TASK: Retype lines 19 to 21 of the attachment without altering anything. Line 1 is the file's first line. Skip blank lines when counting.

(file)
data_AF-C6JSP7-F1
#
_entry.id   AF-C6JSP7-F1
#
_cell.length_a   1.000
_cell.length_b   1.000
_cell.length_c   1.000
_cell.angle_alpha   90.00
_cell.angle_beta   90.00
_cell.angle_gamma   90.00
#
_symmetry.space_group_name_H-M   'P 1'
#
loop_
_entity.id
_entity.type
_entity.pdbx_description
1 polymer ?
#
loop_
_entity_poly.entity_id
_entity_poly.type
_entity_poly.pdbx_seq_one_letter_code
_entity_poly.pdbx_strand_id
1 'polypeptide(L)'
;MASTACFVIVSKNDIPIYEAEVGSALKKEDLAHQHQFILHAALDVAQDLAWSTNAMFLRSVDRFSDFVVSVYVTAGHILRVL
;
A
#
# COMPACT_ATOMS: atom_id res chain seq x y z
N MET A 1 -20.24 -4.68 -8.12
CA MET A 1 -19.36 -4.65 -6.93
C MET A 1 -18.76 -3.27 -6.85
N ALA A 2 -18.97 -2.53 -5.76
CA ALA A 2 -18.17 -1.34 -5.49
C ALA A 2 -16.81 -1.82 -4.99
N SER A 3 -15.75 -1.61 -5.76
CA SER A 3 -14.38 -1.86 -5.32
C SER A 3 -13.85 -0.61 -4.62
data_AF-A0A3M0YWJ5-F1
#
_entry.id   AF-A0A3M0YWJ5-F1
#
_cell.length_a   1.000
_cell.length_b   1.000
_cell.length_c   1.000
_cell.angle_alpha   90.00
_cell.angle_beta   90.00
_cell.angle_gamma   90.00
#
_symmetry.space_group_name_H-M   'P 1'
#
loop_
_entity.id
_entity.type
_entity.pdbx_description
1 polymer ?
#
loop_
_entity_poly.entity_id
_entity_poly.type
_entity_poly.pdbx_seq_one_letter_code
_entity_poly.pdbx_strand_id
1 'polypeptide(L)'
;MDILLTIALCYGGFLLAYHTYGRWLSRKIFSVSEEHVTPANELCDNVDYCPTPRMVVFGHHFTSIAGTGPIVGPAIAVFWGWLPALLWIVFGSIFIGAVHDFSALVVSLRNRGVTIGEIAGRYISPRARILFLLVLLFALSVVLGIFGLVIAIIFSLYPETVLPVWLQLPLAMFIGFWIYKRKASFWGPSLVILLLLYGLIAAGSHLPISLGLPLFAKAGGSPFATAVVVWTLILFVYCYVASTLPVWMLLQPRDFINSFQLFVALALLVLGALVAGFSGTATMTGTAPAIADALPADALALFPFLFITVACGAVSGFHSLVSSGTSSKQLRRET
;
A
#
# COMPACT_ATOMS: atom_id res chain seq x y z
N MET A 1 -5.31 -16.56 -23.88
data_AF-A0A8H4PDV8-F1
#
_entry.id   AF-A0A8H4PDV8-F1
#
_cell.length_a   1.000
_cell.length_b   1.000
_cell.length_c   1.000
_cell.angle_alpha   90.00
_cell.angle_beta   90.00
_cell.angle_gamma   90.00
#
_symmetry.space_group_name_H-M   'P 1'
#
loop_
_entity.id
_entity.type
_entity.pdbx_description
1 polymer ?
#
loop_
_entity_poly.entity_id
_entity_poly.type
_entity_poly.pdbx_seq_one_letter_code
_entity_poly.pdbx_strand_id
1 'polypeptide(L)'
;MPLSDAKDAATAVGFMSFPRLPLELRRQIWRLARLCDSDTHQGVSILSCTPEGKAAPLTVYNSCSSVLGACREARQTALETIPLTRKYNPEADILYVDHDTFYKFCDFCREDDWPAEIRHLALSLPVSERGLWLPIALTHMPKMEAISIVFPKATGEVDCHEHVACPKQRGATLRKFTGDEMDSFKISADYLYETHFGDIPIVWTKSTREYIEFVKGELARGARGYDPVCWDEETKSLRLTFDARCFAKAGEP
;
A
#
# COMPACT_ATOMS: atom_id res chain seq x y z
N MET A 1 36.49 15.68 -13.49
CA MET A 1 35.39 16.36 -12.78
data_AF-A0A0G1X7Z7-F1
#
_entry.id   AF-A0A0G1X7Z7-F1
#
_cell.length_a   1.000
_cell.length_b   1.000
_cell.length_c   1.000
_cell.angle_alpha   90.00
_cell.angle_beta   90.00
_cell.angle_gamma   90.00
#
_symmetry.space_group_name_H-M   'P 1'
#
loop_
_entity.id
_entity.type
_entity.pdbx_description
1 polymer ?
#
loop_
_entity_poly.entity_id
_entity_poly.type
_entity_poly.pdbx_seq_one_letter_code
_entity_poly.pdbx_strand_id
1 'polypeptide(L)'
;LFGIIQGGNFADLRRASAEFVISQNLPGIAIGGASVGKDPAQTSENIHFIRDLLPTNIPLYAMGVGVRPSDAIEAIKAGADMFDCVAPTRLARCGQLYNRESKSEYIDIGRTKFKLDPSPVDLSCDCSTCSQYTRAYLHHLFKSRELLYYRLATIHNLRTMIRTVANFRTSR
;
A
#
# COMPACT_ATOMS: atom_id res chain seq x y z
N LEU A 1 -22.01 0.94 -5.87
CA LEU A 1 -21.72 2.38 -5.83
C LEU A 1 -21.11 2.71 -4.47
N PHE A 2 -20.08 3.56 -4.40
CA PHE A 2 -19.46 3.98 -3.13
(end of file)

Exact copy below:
#
loop_
_entity_poly.entity_id